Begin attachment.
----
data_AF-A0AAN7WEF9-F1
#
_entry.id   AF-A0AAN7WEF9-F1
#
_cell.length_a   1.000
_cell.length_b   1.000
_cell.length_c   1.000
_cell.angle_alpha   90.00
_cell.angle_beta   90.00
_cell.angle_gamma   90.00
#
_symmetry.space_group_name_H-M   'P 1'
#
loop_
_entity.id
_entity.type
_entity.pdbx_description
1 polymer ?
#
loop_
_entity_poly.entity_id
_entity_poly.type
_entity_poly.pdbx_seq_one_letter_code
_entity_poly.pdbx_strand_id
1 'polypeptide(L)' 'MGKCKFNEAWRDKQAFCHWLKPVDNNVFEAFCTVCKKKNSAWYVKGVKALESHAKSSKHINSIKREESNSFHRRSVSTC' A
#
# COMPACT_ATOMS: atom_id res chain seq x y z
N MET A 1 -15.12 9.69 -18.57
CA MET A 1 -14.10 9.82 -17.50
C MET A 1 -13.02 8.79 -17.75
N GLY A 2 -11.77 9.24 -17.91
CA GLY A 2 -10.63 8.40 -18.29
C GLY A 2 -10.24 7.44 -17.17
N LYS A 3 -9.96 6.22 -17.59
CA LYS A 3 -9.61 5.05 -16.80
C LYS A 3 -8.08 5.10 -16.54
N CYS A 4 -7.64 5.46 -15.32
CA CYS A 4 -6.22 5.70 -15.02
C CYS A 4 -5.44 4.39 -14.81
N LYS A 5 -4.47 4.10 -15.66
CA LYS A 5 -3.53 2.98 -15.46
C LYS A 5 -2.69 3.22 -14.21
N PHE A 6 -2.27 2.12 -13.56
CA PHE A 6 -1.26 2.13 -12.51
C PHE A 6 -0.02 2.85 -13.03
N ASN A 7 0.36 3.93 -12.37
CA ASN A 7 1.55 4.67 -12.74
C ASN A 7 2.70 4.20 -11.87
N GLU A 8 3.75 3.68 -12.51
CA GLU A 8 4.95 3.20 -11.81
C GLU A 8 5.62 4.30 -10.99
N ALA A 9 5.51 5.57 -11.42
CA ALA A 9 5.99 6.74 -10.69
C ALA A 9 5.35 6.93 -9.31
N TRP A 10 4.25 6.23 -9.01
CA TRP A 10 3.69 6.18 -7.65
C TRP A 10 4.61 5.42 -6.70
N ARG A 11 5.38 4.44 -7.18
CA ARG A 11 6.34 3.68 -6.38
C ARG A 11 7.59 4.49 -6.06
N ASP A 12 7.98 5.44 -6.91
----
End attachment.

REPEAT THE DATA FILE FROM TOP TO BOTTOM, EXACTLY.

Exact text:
data_AF-A0AAN7WEF9-F1
#
_entry.id   AF-A0AAN7WEF9-F1
#
_cell.length_a   1.000
_cell.length_b   1.000
_cell.length_c   1.000
_cell.angle_alpha   90.00
_cell.angle_beta   90.00
_cell.angle_gamma   90.00
#
_symmetry.space_group_name_H-M   'P 1'
#
loop_
_entity.id
_entity.type
_entity.pdbx_description
1 polymer ?
#
loop_
_entity_poly.entity_id
_entity_poly.type
_entity_poly.pdbx_seq_one_letter_code
_entity_poly.pdbx_strand_id
1 'polypeptide(L)' 'MGKCKFNEAWRDKQAFCHWLKPVDNNVFEAFCTVCKKKNSAWYVKGVKALESHAKSSKHINSIKREESNSFHRRSVSTC' A
#
# COMPACT_ATOMS: atom_id res chain seq x y z
N MET A 1 -15.12 9.69 -18.57
CA MET A 1 -14.10 9.82 -17.50
C MET A 1 -13.02 8.79 -17.75
N GLY A 2 -11.77 9.24 -17.91
CA GLY A 2 -10.63 8.40 -18.29
C GLY A 2 -10.24 7.44 -17.17
N LYS A 3 -9.96 6.22 -17.59
CA LYS A 3 -9.61 5.05 -16.80
C LYS A 3 -8.08 5.10 -16.54
N CYS A 4 -7.64 5.46 -15.32
CA CYS A 4 -6.22 5.70 -15.02
C CYS A 4 -5.44 4.39 -14.81
N LYS A 5 -4.47 4.10 -15.66
CA LYS A 5 -3.53 2.98 -15.46
C LYS A 5 -2.69 3.22 -14.21
N PHE A 6 -2.27 2.12 -13.56
CA PHE A 6 -1.26 2.13 -12.51
C PHE A 6 -0.02 2.85 -13.03
N ASN A 7 0.36 3.93 -12.37
CA ASN A 7 1.55 4.67 -12.74
C ASN A 7 2.70 4.20 -11.87
N GLU A 8 3.75 3.68 -12.51
CA GLU A 8 4.95 3.20 -11.81
C GLU A 8 5.62 4.30 -10.99
N ALA A 9 5.51 5.57 -11.42
CA ALA A 9 5.99 6.74 -10.69
C ALA A 9 5.35 6.93 -9.31
N TRP A 10 4.25 6.23 -9.01
CA TRP A 10 3.69 6.18 -7.65
C TRP A 10 4.61 5.42 -6.70
N ARG A 11 5.38 4.44 -7.18
CA ARG A 11 6.34 3.68 -6.38
C ARG A 11 7.59 4.49 -6.06
N ASP A 12 7.98 5.44 -6.91